2018/19 Undergraduate Module Catalogue
SLSP2040 Disability Studies: An Introduction
20 creditsClass Size: 45
Module manager: Dr Alison Sheldon
Taught: Semester 1 View Timetable
Year running 2018/19
Pre-requisite qualificationsAt least 20 credits at Level 1 from a social science related discipline or the appropriate discovery theme
This module is approved as a discovery module
Module summaryThe way we think about disability, and the way we treat disabled people in society, has changed dramatically. Disability was once viewed simply as a 'medical' or 'therapeutic' issue but is now an issue of equality and human rights. The first part of the module explores new ways of thinking about disability and focuses on understanding 'social models' of disability rather than medical models. The contributions of disabled people themselves are important and you will have the opportunity to read material that is highly practical and political in addition to the academic literature. The main part of the course focuses on the ways in which disabled people are discriminated against in contemporary societies and what can be done about this - from debates on abortion and euthanasia, film and television, education and employment rights, to sexual relationships and parenting children. Understanding this critical approach to disability studies has major implications for policy making, equal rights, human resource management, and the development of an inclusive global society. The module is taught through a combination of weekly lectures and multi-media presentations; plus nine seminars where you can discuss the issues and key readings in a smaller group. The Centre for Disability Studies at the University of Leeds is regarded as the world leader for research and teaching in this field and the course is backed up by extensive and up-to-date learning materials, the vast majority of which are presented for you online. The module is taught by Dr Alison Sheldon. For a preview of the module take a look at the materials on the module website.Contact: Dr Alison Sheldon (email@example.com).
ObjectivesOn completion of this module, students should be able to:
(i) describe and critically evaluate contemporary theoretical and empirical debates about the nature of impairment and disability;
(ii) evaluate the wider implications of these debates in understanding the experience of disabled people in contemporary societies;
(iii) demonstrate an awareness of the relationship between disability theory and the personal and political actions of disabled people.
Through lectures, seminars, online learning, varied forms of assessment, and monitoring of progress, students will:
- develop a range of cognitive skills (the ability to critically judge, interpret and evaluate evidence, and appreciate the complexity and diversity of society and social situations);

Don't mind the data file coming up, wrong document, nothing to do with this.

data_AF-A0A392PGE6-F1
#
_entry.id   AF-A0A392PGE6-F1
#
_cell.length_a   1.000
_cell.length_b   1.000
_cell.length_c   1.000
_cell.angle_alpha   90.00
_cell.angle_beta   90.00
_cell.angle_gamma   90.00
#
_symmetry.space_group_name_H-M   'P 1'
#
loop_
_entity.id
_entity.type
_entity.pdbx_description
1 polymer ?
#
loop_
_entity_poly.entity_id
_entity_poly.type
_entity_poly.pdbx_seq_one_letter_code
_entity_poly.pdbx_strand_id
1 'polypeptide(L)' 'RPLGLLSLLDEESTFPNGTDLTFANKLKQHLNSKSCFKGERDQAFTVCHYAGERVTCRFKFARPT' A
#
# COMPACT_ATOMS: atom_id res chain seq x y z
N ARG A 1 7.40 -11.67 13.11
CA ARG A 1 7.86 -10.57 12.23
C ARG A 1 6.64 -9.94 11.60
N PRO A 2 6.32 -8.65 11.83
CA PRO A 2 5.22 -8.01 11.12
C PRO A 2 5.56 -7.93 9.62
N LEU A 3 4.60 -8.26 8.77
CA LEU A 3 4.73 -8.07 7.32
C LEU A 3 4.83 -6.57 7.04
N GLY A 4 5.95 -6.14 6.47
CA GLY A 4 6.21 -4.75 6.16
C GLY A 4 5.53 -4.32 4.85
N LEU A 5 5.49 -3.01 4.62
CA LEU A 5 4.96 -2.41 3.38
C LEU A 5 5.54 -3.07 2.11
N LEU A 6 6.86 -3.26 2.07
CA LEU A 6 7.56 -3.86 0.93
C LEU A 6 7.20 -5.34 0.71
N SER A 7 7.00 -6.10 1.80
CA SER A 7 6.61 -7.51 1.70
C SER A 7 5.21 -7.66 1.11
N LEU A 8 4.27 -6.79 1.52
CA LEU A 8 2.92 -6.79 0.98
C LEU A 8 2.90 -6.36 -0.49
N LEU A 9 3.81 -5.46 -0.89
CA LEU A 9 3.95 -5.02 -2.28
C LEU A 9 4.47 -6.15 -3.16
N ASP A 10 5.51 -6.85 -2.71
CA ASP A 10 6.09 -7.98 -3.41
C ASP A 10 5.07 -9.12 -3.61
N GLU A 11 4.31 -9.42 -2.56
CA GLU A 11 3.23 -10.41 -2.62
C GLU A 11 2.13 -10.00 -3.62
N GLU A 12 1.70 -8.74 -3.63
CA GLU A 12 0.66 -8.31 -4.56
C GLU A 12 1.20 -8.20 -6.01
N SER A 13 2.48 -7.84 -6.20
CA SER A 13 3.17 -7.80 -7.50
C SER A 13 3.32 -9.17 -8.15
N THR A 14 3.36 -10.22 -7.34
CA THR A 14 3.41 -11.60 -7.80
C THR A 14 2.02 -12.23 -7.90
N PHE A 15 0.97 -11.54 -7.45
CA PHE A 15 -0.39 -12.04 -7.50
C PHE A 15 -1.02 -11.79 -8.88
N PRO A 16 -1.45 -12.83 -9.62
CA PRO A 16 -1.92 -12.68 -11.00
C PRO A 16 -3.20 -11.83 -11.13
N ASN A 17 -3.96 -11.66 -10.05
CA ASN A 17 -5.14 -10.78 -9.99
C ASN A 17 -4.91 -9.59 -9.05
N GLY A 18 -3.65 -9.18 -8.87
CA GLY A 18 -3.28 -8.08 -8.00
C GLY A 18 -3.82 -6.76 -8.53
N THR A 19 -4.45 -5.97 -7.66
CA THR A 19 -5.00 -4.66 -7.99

- develop discipline specific skills (the ability to formulate and investigate sociologically informed questions, the capacity to analyse, assess and communicate empirical information, an ability to show cultural awareness, social empathy for social groups and demonstrate an awareness of the personal and political factors implicated in the relationships between professionals, institutions, social policies, individuals and groups);
- develop transferable and personal skills (learning and study skills, written and oral communication skills, information retrieval skills, application of social theory to 'real world' social contexts, awareness of disability as a social and political category).
Personal research skills (bibliographic and Internet); essay writing; presentation skills.
The module examines theoretical and empirical debates within the field of disability studies and their implications for understanding impairment and disability in contemporary societies. Students will engage with academic and non-academic writings (often by disabled people themselves) that illustrate the social and personal impacts of disability in contemporary society.
This will involve an examination of such phenomena as:
(i) the origins of competing discourses of disability (focusing on the distinction between individual and social model approaches)
(ii) structural and cultural explanations of disability
(iii) the claims and struggles of the disabled people's movement
(iv) the significance and impact of disability discrimination in public and personal spheres of life
(v) the importance of embracing understandings and practices that challenge oppression in the lives of disabled people.
|Delivery type||Number||Length hours||Student hours|
|Private study hours||179.00|
|Total Contact hours||21.00|
|Total hours (100hr per 10 credits)||200.00|
Private study- Preparation for lectures: 22 hours
- Preparation for seminars: 36 hours
- Preparation for tutor consultation: 2 hours
- Preparation for essay: 60 hours
- Exam revision: 60 hours.
Opportunities for Formative Feedback- Seminar presentation/group work
- Participation in online discussion
- Seminar attendance/participation
- Tutor consultation.
Methods of assessment
|Assessment type||Notes||% of formal assessment|
|Total percentage (Assessment Coursework)||100.00|
Normally resits will be assessed by the same methodology as the first attempt, unless otherwise stated
Reading listThe reading list is available from the Library website
Last updated: 21/12/2018
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